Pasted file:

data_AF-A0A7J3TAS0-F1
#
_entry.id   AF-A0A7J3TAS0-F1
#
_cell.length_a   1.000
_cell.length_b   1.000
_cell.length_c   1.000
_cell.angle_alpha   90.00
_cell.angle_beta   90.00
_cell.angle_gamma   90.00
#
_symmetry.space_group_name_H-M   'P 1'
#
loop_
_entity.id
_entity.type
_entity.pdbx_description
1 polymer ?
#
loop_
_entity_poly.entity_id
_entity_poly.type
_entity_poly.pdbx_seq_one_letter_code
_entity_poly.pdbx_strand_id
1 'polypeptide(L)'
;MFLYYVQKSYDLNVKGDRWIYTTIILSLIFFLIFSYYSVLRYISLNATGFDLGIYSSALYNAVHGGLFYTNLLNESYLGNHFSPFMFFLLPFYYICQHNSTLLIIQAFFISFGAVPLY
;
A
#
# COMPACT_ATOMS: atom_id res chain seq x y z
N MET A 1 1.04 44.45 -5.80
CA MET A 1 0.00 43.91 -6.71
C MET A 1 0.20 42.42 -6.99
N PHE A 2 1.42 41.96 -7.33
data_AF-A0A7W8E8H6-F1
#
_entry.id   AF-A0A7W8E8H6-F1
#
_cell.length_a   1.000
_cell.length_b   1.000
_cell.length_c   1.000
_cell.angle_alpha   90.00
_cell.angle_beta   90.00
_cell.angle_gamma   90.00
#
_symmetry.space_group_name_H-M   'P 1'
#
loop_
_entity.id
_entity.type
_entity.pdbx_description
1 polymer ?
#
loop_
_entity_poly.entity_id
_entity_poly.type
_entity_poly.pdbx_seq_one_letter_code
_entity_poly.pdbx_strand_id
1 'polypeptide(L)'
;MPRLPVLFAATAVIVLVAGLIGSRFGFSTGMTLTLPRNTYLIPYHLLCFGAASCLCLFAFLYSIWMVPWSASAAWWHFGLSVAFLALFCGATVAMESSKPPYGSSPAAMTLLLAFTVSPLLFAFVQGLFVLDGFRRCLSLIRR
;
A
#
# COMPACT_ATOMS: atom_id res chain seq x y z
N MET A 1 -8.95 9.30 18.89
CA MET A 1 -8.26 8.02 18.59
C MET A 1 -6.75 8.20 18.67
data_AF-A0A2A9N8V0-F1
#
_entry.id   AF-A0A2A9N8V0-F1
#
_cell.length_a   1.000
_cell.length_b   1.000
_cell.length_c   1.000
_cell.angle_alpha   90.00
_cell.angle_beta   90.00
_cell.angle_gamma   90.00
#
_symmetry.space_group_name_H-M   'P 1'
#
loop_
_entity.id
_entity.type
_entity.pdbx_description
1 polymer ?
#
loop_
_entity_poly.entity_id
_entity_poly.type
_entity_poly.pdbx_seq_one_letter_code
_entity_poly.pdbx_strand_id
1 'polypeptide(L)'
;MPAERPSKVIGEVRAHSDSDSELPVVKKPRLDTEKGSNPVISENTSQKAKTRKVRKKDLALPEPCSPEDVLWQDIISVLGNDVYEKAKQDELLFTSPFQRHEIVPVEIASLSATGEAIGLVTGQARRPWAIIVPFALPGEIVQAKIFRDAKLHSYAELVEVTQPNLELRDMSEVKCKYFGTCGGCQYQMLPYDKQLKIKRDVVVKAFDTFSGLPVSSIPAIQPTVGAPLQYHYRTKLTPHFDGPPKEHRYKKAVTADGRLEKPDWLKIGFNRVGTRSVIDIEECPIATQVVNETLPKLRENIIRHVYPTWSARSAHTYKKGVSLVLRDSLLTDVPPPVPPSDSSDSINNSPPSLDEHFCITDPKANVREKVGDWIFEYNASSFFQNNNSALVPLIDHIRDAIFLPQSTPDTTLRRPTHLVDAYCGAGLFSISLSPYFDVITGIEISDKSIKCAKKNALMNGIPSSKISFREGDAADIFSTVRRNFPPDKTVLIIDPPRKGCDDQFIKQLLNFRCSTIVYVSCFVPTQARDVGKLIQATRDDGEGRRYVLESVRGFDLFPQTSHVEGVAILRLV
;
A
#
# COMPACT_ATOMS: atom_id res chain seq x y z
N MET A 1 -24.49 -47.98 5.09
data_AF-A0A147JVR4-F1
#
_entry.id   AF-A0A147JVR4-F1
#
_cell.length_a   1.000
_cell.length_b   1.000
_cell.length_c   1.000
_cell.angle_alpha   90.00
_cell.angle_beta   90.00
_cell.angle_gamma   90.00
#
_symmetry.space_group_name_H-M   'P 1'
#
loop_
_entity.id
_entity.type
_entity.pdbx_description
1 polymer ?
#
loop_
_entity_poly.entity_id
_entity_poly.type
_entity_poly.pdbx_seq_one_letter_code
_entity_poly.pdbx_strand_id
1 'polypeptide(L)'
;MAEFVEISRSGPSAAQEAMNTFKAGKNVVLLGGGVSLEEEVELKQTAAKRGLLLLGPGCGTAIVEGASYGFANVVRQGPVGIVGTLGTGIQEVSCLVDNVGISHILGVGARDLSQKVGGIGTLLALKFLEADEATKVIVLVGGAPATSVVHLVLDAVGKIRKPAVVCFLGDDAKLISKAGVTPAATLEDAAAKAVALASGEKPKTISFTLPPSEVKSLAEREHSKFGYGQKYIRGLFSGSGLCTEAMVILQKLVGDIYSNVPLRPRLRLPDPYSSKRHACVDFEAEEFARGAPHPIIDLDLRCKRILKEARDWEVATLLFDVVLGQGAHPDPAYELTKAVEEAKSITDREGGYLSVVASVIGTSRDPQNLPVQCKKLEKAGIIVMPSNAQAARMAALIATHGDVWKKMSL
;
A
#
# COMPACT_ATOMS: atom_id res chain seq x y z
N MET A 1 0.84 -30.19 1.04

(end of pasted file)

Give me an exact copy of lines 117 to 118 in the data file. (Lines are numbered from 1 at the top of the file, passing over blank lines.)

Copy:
#
loop_